George Tuska, R.I.P.
Tony Isabella is reporting that long-time comics artist George Tuska has passed away yesterday at age 93.
Another piece of my childhood has vanished. I first encountered George’s work when he replaced Gene Colan as artist on Iron Man and then stayed with the book for years. A versatile artist with a distinct style, you knew you were looking at a page of his work. His real people looked like real people and his action sequences moved with power. While never a graceful artist, he was a natural one, adept at the demands of the story regardless of genre.
It was many years later before I learned George really made his name on the crime comics of the late 1940s, including Crimes does not Pay. He vanished from comics for most of the 1950s and early 1960s, working in comic strips, notably Scorchy Smith and then taking over Buck Rogers until it folded, which led him to Marvel.
George drifted to DC in the late 1970s and did the World’s Greatest Super-Heroes comic strip in addition to runs on World’s Finest Comics, Challengers of the Unknown and various other DC properties until changing tastes reduced demand for his work and he retired to New Jersey, producing commissions and making occasional appearances.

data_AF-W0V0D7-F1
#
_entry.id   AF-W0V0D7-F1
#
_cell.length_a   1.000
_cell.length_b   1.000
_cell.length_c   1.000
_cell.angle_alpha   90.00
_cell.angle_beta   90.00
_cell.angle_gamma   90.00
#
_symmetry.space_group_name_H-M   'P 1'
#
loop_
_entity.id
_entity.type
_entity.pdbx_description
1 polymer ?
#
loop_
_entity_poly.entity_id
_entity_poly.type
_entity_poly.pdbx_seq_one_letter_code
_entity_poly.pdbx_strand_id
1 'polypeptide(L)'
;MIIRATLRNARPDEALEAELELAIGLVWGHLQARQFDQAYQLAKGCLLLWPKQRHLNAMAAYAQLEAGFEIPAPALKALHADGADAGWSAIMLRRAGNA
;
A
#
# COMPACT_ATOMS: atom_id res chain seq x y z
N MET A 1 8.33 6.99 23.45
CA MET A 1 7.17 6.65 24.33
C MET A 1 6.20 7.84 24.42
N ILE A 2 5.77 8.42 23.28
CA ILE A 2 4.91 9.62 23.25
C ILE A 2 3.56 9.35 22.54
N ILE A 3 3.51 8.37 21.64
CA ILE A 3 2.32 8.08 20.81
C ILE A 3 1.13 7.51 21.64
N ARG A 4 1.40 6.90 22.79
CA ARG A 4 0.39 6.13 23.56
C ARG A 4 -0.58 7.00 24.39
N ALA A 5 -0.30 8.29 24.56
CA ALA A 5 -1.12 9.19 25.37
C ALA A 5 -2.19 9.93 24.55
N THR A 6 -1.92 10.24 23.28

I never got to know George, mostly because he rarely traveled into New York. By the time I was at DC, George had lost most of his hearing. When I wanted to commission Who’s Who pages, I dealt with his pleasant wife, Dot, who would accept on his behalf. The work always came in on time and was exactly what was request – a true pro.
Most recently, I read his introduction to the latest Marvel Masterwork Iron Man volume and wished he spoke a bit more about what it was like back then. Now we’ll never know.